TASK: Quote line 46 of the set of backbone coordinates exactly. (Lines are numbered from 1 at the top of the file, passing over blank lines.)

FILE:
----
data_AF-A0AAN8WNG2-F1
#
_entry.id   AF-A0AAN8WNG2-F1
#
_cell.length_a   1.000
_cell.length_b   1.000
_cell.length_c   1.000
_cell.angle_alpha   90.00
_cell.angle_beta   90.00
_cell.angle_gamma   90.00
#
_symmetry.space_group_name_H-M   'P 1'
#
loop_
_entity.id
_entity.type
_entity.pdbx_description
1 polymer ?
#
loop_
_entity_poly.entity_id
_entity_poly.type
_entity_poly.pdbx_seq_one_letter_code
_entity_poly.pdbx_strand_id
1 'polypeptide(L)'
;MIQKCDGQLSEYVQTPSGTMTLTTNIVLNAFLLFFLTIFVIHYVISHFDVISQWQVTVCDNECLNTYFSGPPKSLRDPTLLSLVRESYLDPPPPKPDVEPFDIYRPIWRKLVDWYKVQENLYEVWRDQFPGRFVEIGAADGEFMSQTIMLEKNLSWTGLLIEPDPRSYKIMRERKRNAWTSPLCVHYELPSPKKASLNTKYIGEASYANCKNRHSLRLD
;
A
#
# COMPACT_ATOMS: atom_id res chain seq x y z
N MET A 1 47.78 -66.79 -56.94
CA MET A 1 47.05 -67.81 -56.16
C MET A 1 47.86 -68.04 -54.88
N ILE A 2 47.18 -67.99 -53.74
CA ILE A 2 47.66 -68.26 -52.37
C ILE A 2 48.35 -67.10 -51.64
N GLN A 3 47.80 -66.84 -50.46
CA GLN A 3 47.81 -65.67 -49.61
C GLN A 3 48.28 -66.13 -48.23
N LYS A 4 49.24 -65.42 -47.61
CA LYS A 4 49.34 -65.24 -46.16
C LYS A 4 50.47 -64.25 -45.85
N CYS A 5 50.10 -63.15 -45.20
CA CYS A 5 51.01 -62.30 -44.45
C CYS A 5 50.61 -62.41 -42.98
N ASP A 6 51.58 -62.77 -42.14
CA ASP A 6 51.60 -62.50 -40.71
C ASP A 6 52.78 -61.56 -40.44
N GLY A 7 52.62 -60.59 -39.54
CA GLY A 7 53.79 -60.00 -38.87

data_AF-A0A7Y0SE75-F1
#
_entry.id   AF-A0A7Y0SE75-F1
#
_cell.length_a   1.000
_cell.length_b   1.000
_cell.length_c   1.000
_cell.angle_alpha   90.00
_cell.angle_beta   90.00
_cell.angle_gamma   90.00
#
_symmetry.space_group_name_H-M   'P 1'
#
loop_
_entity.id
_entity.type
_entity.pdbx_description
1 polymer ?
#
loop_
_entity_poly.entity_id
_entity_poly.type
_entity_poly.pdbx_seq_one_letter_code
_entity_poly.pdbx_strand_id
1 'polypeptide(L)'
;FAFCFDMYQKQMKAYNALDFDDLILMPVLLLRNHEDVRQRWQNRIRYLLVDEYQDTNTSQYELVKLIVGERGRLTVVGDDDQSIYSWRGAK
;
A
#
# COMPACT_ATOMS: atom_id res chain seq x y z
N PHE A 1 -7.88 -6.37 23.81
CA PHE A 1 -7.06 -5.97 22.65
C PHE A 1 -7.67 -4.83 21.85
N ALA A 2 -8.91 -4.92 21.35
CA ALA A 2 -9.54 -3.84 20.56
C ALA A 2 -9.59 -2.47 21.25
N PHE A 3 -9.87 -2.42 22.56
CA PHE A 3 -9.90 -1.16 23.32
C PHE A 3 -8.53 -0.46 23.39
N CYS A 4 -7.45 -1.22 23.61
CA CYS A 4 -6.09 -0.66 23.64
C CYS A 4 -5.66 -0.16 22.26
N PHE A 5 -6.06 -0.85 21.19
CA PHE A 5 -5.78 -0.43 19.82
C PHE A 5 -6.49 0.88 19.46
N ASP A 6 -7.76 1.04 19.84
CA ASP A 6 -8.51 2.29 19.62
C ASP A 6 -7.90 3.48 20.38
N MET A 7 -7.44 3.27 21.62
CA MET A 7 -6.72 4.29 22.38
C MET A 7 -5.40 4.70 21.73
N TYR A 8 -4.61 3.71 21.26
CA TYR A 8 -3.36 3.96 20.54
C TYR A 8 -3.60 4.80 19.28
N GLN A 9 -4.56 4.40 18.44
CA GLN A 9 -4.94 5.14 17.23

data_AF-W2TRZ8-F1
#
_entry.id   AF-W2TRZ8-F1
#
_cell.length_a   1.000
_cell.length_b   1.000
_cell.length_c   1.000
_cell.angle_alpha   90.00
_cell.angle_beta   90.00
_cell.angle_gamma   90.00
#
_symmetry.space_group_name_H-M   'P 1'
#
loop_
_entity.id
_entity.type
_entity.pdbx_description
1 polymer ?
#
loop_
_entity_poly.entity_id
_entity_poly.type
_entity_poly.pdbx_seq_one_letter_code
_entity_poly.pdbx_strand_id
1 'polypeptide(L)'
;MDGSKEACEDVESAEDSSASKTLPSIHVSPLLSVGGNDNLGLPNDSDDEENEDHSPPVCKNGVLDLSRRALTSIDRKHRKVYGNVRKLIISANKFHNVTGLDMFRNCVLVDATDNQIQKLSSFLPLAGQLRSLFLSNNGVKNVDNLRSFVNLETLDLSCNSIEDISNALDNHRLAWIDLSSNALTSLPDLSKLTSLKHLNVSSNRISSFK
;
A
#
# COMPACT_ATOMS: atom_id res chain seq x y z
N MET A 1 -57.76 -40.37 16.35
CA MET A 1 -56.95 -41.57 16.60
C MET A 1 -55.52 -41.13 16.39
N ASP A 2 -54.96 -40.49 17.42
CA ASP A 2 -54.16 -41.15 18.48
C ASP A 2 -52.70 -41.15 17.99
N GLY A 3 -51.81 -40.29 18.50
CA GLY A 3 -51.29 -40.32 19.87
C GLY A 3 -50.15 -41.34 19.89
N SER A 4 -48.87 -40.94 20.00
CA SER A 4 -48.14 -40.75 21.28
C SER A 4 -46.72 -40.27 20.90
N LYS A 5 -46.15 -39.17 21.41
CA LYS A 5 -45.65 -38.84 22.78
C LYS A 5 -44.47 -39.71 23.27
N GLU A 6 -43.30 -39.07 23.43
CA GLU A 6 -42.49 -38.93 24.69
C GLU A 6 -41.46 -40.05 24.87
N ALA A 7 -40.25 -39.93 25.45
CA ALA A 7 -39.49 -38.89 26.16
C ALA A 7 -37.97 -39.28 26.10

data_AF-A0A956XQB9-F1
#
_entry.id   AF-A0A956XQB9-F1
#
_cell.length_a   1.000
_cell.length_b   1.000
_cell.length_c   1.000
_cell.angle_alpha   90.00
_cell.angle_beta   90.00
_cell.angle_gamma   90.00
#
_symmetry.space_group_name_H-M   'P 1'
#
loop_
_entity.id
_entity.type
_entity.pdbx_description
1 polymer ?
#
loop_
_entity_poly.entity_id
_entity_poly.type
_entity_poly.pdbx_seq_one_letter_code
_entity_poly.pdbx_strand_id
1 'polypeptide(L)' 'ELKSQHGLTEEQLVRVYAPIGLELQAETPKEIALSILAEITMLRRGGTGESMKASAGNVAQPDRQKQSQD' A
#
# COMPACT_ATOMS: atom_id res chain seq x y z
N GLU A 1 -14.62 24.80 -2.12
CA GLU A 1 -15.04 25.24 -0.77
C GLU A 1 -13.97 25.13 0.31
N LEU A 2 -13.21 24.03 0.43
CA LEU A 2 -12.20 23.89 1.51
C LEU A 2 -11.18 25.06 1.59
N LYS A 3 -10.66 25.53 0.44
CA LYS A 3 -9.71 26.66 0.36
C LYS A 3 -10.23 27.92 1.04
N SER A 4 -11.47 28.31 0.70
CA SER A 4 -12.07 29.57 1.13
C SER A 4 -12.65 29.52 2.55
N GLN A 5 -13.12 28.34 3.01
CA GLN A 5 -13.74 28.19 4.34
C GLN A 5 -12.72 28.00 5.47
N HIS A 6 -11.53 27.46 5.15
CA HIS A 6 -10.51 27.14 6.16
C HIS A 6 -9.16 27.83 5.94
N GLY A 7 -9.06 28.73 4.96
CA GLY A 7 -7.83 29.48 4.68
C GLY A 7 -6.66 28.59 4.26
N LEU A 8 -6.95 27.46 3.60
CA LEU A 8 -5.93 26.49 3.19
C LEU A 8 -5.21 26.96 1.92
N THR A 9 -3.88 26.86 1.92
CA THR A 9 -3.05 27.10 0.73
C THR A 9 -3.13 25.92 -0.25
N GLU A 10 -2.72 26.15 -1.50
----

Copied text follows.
N ASP A 6 51.58 -62.77 -42.14